Your sourcing strategy should clarify the principles you need to use to decide whether elements of your workload must be done by the company's own staff or can be provided by suppliers or partners. Where new projects need some of your own staff on them, you may have to reassign some of your existing workload to suppliers while also using external sources for the bulk of the new development work.

Before you do this, however, check that your staff cannot deliver at least some of the new developments by working out the most efficient way of delivering the entire project portfolio.

Chris Potts, director, Dominic Barrow


Consider awarding time off in lieu or annualised hours

When work/life balance is introduced properly it should be a win-win situation. A traditional approach is to offer staff time in lieu after periods of heavy activity. A better approach, for staff and management, is to anticipate the project lifecycle for demands on time so they can be planned in advance. This enables schemes such as annualised hours, where staff can work fewer hours in quieter times and longer hours when intense activity is required. This is common practice in car manufacturing.

However, the danger of such an approach is that it is input based. For many IT activities, such as software development, it is the output that should be measured. Increased productivity can be gained from other forms of flexible working. By allowing staff to work outside normal working hours or to work at home, they may achieve much more by getting away from interruptions and be better motivated through their improved work/life balance.

The other option often chosen in the IT industry is to employ contract staff. They do not increase the headcount and are a short-term commitment. But there can be a learning curve before contractors are up to speed and they are usually paid on time served rather than on their output. However, if you choose this route you need to move quickly as contractor rates are starting to rise.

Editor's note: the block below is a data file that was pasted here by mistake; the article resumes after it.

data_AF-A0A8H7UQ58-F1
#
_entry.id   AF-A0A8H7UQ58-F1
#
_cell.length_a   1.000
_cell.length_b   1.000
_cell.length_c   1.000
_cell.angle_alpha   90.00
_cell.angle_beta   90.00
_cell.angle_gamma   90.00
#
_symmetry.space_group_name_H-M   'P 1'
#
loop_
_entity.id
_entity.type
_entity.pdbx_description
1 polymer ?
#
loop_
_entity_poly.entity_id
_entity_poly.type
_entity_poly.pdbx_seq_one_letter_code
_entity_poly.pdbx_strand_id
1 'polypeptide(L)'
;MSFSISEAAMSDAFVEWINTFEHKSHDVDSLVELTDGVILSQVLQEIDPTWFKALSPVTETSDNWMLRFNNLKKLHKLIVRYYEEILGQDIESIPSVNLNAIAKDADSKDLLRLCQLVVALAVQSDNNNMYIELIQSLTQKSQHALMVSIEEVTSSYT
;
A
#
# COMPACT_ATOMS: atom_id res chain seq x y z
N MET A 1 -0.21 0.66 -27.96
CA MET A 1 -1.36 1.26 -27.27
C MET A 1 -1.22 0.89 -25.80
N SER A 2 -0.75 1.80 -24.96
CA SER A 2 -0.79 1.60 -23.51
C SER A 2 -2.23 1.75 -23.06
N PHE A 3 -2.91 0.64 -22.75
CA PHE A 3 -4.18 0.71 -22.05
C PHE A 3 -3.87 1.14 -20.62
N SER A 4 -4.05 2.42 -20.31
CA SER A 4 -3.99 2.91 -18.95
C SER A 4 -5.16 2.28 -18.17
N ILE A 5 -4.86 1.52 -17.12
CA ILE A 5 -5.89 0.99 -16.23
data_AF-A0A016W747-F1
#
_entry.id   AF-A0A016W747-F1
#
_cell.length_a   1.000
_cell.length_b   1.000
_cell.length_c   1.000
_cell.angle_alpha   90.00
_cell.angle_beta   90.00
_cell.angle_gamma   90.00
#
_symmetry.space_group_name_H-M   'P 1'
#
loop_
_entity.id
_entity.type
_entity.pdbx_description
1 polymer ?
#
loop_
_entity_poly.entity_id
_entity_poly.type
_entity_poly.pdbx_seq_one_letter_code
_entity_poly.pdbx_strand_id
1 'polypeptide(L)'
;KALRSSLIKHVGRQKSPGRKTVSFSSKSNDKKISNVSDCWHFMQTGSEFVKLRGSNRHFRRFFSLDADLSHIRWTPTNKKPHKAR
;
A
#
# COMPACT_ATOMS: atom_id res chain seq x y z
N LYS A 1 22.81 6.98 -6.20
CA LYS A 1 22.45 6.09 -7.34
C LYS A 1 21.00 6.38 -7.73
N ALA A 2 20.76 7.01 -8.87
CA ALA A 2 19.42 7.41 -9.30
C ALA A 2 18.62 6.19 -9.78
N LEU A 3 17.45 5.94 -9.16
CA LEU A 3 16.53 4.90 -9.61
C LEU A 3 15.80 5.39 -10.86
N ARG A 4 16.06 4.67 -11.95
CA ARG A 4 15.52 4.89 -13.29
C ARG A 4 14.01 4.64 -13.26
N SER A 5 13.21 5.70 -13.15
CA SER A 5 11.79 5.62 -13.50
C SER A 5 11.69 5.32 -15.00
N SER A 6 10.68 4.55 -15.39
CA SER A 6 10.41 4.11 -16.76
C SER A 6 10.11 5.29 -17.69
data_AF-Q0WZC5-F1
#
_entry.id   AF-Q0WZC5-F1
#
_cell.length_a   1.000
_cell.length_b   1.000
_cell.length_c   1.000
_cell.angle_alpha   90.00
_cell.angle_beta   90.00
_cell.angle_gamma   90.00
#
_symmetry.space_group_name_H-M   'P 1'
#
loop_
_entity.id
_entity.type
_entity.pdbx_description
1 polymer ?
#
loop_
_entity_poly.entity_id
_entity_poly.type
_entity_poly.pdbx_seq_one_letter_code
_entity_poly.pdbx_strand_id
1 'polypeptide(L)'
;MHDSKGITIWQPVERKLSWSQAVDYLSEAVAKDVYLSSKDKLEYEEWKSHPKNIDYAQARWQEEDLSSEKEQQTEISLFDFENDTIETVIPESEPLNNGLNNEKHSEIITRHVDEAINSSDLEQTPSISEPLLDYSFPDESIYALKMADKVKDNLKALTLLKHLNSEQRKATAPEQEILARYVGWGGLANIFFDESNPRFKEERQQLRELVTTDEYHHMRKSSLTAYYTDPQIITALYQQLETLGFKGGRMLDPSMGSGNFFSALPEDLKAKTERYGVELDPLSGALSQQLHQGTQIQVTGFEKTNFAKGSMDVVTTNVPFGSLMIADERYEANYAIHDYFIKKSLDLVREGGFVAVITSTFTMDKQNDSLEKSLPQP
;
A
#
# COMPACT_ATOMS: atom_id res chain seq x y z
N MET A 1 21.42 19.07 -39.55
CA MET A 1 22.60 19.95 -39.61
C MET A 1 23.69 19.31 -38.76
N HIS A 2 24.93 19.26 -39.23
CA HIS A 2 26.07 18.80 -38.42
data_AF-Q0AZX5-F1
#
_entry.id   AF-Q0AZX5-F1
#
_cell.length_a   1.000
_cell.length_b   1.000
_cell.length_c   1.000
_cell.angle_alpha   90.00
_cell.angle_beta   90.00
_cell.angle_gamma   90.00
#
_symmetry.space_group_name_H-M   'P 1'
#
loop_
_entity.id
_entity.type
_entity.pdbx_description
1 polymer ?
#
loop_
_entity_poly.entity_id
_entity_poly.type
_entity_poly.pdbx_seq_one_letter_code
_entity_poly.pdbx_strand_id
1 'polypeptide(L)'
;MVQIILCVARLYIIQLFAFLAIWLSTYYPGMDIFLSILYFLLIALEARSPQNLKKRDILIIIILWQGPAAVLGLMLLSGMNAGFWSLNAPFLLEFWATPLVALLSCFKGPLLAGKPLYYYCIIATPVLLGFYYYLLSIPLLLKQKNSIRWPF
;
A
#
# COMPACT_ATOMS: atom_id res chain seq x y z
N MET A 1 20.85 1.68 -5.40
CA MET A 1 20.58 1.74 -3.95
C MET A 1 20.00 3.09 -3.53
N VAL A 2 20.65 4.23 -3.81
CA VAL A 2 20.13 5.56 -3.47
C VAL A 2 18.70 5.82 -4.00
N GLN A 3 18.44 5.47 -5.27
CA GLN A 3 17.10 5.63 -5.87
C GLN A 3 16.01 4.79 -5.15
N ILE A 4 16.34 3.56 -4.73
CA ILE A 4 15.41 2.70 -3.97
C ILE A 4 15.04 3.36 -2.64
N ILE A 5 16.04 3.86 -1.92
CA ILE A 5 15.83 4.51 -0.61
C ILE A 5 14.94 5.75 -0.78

Roger Rawlinson, NCC Global

The organisation cannot have it both ways

Your organisation cannot have it both ways. If it wants staff to work fewer hours then it must expect them to produce less output. You will have to set your project targets accordingly.

Having said that, it is undoubtedly the case that productivity drops off as excess hours are worked, so the loss in output should not be proportional to the reduction in hours. And the quality of the results may also improve.

If that offers insufficient relief for the problem you face then you need to consider other alternatives. If projects are causing a short-term increase in workload then perhaps the extra resources needed should be bought in anyway. If the work/life balance is making your staff costs uneconomic, then outsourcing may be the longer-term answer.

Roger Marshall, Elite

THE EXPERTS

Computer Weekly has put together a panel of experts. You can draw on their specialist knowledge to solve a problem. E-mail your questions (or your own solutions to this or the next question) to computer.weekly@rbi.co.uk

NCC Group
www.nccglobal.com

Deloitte&Touche
www.deloitte.co.uk

Cranfield School of Management
www.cranfield.ac.uk/som

Computer Weekly 500 Club
www.cw500.co.uk

Henley Management College
www.henleymc.ac.uk

British Computer Society 
www.bcs.org.uk/elite

Impact
www.impact-sharing.com

The Infrastructure Forum 
www.tif.co.uk

Dominic Barrow
www.dominicbarrow.com

Next question

I moved to being IT director for a distribution firm, having previously run IT for a small retail company. There my staff were motivated and enthusiastic but in my new job the opposite is true. I am struggling to change attitudes, which is demoralising. What can I do?

This was last published in April 2004